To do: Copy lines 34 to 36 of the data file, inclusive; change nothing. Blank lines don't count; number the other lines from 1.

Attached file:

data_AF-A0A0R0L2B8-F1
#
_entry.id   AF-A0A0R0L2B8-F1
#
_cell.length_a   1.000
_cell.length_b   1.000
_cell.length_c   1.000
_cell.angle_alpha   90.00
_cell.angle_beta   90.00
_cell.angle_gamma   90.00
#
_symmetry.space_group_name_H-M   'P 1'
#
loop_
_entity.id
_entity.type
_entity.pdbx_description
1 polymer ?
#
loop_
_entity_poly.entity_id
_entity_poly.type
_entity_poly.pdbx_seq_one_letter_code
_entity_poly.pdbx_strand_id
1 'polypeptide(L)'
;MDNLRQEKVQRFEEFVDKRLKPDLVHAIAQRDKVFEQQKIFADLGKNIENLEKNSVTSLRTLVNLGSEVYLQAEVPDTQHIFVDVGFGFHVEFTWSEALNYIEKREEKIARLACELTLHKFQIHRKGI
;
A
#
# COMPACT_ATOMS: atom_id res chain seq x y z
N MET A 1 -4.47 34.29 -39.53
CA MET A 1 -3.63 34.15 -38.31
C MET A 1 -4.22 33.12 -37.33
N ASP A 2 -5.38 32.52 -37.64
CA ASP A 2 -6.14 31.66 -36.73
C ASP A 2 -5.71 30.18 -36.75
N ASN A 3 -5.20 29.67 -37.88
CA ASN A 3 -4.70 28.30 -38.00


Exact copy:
N ASP A 2 -5.38 32.52 -37.64
CA ASP A 2 -6.14 31.66 -36.73
C ASP A 2 -5.71 30.18 -36.75